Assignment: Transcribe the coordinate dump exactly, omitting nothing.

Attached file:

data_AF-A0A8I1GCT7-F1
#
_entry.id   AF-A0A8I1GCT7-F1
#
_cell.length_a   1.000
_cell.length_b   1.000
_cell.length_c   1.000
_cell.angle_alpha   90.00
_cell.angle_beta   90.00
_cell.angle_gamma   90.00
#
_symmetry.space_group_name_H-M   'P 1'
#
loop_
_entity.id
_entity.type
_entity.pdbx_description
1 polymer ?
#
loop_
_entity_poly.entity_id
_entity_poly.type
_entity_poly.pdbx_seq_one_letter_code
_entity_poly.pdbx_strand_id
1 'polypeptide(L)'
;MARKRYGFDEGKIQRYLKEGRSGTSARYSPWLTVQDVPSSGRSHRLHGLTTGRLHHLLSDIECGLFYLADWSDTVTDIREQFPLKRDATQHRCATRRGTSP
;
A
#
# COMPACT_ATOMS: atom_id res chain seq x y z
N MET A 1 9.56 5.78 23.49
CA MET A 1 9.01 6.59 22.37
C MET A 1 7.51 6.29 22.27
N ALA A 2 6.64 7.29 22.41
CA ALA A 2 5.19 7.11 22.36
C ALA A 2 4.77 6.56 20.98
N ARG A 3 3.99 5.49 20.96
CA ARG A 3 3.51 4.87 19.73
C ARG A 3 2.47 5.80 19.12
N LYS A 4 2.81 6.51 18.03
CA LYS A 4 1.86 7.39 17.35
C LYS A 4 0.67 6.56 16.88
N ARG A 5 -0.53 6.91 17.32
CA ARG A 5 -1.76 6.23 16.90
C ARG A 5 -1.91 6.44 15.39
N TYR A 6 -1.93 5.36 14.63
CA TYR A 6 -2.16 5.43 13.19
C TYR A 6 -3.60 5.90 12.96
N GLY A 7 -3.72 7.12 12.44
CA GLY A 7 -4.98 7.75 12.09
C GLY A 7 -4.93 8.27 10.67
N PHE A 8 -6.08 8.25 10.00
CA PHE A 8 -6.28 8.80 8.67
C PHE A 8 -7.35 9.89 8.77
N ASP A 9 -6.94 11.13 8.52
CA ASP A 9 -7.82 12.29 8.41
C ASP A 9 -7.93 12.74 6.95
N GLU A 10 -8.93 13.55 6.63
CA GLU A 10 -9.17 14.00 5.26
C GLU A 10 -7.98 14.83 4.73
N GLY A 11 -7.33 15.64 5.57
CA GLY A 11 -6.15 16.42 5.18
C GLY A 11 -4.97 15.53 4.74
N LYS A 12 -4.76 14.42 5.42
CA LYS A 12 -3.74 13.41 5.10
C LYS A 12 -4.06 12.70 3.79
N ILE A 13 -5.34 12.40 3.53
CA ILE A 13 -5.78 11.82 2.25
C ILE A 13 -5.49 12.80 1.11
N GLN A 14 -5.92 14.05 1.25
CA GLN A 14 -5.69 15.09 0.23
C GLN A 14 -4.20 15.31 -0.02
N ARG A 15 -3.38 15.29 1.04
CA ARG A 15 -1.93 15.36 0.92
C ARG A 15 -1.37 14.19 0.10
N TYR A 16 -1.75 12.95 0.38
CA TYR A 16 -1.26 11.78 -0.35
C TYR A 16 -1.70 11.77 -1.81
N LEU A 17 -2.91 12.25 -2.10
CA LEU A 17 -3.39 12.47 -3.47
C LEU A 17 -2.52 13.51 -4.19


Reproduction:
data_AF-A0A8I1GCT7-F1
#
_entry.id   AF-A0A8I1GCT7-F1
#
_cell.length_a   1.000
_cell.length_b   1.000
_cell.length_c   1.000
_cell.angle_alpha   90.00
_cell.angle_beta   90.00
_cell.angle_gamma   90.00
#
_symmetry.space_group_name_H-M   'P 1'
#
loop_
_entity.id
_entity.type
_entity.pdbx_description
1 polymer ?
#
loop_
_entity_poly.entity_id
_entity_poly.type
_entity_poly.pdbx_seq_one_letter_code
_entity_poly.pdbx_strand_id
1 'polypeptide(L)'
;MARKRYGFDEGKIQRYLKEGRSGTSARYSPWLTVQDVPSSGRSHRLHGLTTGRLHHLLSDIECGLFYLADWSDTVTDIREQFPLKRDATQHRCATRRGTSP
;
A
#
# COMPACT_ATOMS: atom_id res chain seq x y z
N MET A 1 9.56 5.78 23.49
CA MET A 1 9.01 6.59 22.37
C MET A 1 7.51 6.29 22.27
N ALA A 2 6.64 7.29 22.41
CA ALA A 2 5.19 7.11 22.36
C ALA A 2 4.77 6.56 20.98
N ARG A 3 3.99 5.49 20.96
CA ARG A 3 3.51 4.87 19.73
C ARG A 3 2.47 5.80 19.12
N LYS A 4 2.81 6.51 18.03
CA LYS A 4 1.86 7.39 17.35
C LYS A 4 0.67 6.56 16.88
N ARG A 5 -0.53 6.91 17.32
CA ARG A 5 -1.76 6.23 16.90
C ARG A 5 -1.91 6.44 15.39
N TYR A 6 -1.93 5.36 14.63
CA TYR A 6 -2.16 5.43 13.19
C TYR A 6 -3.60 5.90 12.96
N GLY A 7 -3.72 7.12 12.44
CA GLY A 7 -4.98 7.75 12.09
C GLY A 7 -4.93 8.27 10.67
N PHE A 8 -6.08 8.25 10.00
CA PHE A 8 -6.28 8.80 8.67
C PHE A 8 -7.35 9.89 8.77
N ASP A 9 -6.94 11.13 8.52
CA ASP A 9 -7.82 12.29 8.41
C ASP A 9 -7.93 12.74 6.95
N GLU A 10 -8.93 13.55 6.63
CA GLU A 10 -9.17 14.00 5.26
C GLU A 10 -7.98 14.83 4.73
N GLY A 11 -7.33 15.64 5.57
CA GLY A 11 -6.15 16.42 5.18
C GLY A 11 -4.97 15.53 4.74
N LYS A 12 -4.76 14.42 5.42
CA LYS A 12 -3.74 13.41 5.10
C LYS A 12 -4.06 12.70 3.79
N ILE A 13 -5.34 12.40 3.53
CA ILE A 13 -5.78 11.82 2.25
C ILE A 13 -5.49 12.80 1.11
N GLN A 14 -5.92 14.05 1.25
CA GLN A 14 -5.69 15.09 0.23
C GLN A 14 -4.20 15.31 -0.02
N ARG A 15 -3.38 15.29 1.04
CA ARG A 15 -1.93 15.36 0.92
C ARG A 15 -1.37 14.19 0.10
N TYR A 16 -1.75 12.95 0.38
CA TYR A 16 -1.26 11.78 -0.35
C TYR A 16 -1.70 11.77 -1.81
N LEU A 17 -2.91 12.25 -2.10
CA LEU A 17 -3.39 12.47 -3.47
C LEU A 17 -2.52 13.51 -4.19